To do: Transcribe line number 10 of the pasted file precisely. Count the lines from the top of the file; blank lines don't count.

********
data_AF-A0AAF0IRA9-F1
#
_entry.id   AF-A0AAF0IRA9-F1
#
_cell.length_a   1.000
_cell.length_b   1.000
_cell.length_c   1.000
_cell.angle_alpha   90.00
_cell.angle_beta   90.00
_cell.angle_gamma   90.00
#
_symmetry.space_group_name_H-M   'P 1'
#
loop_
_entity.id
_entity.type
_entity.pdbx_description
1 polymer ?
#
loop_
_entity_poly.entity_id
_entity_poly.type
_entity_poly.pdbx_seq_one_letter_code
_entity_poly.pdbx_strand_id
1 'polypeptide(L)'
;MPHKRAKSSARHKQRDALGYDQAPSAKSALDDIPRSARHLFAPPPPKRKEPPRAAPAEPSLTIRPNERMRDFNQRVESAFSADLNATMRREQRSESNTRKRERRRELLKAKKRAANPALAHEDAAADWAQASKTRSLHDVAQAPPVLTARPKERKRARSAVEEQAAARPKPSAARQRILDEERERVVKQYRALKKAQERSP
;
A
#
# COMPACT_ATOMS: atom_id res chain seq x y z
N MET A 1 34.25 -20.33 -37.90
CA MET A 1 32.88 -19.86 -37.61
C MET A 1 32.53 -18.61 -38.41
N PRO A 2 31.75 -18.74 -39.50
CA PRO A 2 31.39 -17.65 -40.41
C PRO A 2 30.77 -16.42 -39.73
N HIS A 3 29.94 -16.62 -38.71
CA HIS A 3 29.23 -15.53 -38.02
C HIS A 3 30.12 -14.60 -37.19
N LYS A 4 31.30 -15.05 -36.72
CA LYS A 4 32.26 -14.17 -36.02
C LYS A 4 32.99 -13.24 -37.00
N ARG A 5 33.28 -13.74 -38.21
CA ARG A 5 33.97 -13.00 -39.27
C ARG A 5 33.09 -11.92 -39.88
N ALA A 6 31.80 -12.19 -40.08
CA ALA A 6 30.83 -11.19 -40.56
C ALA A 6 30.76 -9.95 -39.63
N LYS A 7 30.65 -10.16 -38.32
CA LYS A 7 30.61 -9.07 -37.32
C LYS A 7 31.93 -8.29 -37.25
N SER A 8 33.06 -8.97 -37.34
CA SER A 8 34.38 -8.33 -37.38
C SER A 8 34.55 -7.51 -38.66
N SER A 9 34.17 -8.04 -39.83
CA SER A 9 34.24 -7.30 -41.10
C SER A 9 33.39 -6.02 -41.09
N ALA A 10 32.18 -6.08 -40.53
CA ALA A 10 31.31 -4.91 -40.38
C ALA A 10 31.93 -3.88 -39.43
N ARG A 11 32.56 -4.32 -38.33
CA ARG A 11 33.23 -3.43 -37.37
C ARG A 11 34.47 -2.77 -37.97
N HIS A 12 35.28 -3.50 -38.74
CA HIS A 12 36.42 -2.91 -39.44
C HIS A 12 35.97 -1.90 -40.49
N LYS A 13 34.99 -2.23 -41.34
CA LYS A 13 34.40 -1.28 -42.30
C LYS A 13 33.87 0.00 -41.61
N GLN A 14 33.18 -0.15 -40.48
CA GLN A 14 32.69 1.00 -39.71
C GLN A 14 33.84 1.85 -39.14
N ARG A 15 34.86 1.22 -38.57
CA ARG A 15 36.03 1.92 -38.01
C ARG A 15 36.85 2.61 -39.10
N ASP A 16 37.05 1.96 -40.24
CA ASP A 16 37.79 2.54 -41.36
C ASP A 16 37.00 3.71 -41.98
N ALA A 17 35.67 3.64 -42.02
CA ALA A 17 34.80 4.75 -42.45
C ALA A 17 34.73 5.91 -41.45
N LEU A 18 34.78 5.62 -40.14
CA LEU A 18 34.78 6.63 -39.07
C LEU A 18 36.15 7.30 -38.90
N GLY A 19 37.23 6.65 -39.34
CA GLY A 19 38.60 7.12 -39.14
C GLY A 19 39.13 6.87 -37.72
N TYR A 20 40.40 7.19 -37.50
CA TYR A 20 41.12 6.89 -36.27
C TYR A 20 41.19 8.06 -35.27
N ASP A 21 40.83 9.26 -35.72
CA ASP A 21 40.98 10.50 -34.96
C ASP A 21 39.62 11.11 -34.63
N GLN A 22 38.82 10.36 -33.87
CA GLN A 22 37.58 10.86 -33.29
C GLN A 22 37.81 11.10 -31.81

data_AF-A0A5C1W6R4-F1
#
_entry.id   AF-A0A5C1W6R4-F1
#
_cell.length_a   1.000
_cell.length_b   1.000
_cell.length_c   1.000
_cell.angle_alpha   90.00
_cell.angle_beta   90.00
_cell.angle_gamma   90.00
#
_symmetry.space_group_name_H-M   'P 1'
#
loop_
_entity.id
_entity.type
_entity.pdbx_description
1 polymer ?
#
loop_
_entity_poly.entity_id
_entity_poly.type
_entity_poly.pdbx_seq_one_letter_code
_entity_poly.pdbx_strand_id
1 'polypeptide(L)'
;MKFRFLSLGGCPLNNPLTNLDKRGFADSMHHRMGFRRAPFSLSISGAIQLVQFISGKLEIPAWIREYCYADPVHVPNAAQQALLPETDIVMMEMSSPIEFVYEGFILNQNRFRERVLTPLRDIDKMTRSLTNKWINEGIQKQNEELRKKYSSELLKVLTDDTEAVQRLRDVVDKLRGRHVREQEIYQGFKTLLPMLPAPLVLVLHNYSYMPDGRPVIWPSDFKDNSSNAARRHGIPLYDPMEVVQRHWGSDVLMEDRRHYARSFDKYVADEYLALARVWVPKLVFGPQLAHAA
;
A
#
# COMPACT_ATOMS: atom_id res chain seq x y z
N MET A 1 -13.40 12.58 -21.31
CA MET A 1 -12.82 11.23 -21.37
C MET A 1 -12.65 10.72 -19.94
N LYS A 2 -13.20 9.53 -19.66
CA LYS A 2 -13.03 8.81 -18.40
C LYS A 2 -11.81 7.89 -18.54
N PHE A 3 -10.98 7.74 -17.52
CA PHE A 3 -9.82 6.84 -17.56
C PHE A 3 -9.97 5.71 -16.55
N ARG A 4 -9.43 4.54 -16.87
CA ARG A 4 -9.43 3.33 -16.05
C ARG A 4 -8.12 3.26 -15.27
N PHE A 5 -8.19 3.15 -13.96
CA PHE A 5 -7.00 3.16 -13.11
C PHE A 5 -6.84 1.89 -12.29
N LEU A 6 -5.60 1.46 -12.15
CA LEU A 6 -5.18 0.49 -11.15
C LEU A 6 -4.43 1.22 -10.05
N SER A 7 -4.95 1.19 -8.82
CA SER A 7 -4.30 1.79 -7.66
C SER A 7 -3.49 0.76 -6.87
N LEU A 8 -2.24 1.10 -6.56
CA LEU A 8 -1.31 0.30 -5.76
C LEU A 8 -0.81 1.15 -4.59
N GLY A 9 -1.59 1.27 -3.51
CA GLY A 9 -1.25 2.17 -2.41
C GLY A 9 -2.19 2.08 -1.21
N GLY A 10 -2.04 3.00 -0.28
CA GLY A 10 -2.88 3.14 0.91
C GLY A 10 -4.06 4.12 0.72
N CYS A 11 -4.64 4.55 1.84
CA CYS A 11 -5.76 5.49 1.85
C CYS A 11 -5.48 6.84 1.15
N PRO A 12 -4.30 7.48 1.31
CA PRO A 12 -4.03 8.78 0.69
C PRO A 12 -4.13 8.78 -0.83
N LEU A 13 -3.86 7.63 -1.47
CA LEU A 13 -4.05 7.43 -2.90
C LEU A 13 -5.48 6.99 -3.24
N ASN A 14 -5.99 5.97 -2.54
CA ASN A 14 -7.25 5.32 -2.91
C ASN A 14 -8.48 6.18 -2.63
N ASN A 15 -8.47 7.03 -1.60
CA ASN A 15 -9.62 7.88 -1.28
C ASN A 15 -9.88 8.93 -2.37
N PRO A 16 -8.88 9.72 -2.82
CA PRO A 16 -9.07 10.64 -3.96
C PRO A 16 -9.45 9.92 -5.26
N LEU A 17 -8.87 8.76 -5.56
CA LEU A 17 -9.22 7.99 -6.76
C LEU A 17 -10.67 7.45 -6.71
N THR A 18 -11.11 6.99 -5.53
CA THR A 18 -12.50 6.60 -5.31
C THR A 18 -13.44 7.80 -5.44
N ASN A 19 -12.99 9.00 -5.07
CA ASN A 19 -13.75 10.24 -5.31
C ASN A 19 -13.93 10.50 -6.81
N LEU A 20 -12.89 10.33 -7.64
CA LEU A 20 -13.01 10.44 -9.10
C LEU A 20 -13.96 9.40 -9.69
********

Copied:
_cell.angle_gamma   90.00